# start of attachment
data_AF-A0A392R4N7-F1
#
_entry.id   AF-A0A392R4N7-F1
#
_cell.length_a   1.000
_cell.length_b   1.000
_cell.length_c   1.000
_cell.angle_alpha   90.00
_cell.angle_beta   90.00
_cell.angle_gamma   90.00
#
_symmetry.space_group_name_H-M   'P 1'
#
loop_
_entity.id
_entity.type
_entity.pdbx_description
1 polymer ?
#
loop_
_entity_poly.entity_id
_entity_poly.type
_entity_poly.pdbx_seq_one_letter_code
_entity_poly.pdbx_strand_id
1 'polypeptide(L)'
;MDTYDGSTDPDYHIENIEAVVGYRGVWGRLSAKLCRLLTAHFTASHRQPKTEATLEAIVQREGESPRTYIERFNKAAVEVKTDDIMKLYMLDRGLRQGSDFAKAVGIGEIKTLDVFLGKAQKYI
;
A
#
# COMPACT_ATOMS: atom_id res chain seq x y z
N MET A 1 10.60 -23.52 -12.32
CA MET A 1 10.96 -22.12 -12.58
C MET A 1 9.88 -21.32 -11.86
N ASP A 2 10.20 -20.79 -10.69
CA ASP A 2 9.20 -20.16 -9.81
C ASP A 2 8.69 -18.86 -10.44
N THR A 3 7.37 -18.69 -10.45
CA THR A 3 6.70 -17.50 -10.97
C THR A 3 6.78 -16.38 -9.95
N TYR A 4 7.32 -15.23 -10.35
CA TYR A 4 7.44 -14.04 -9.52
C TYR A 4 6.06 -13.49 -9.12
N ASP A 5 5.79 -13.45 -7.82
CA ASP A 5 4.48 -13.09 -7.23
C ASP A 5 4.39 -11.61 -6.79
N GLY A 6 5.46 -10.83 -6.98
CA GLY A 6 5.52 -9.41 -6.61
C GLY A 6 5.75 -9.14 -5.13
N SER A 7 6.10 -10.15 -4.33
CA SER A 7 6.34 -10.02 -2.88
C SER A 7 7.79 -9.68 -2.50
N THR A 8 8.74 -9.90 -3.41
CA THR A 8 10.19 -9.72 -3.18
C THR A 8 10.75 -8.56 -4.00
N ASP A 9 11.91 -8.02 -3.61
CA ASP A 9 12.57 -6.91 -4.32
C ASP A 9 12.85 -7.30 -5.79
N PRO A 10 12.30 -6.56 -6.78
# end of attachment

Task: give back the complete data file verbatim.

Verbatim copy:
data_AF-A0A392R4N7-F1
#
_entry.id   AF-A0A392R4N7-F1
#
_cell.length_a   1.000
_cell.length_b   1.000
_cell.length_c   1.000
_cell.angle_alpha   90.00
_cell.angle_beta   90.00
_cell.angle_gamma   90.00
#
_symmetry.space_group_name_H-M   'P 1'
#
loop_
_entity.id
_entity.type
_entity.pdbx_description
1 polymer ?
#
loop_
_entity_poly.entity_id
_entity_poly.type
_entity_poly.pdbx_seq_one_letter_code
_entity_poly.pdbx_strand_id
1 'polypeptide(L)'
;MDTYDGSTDPDYHIENIEAVVGYRGVWGRLSAKLCRLLTAHFTASHRQPKTEATLEAIVQREGESPRTYIERFNKAAVEVKTDDIMKLYMLDRGLRQGSDFAKAVGIGEIKTLDVFLGKAQKYI
;
A
#
# COMPACT_ATOMS: atom_id res chain seq x y z
N MET A 1 10.60 -23.52 -12.32
CA MET A 1 10.96 -22.12 -12.58
C MET A 1 9.88 -21.32 -11.86
N ASP A 2 10.20 -20.79 -10.69
CA ASP A 2 9.20 -20.16 -9.81
C ASP A 2 8.69 -18.86 -10.44
N THR A 3 7.37 -18.69 -10.45
CA THR A 3 6.70 -17.50 -10.97
C THR A 3 6.78 -16.38 -9.95
N TYR A 4 7.32 -15.23 -10.35
CA TYR A 4 7.44 -14.04 -9.52
C TYR A 4 6.06 -13.49 -9.12
N ASP A 5 5.79 -13.45 -7.82
CA ASP A 5 4.48 -13.09 -7.23
C ASP A 5 4.39 -11.61 -6.79
N GLY A 6 5.46 -10.83 -6.98
CA GLY A 6 5.52 -9.41 -6.61
C GLY A 6 5.75 -9.14 -5.13
N SER A 7 6.10 -10.15 -4.33
CA SER A 7 6.34 -10.02 -2.88
C SER A 7 7.79 -9.68 -2.50
N THR A 8 8.74 -9.90 -3.41
CA THR A 8 10.19 -9.72 -3.18
C THR A 8 10.75 -8.56 -4.00
N ASP A 9 11.91 -8.02 -3.61
CA ASP A 9 12.57 -6.91 -4.32
C ASP A 9 12.85 -7.30 -5.79
N PRO A 10 12.30 -6.56 -6.78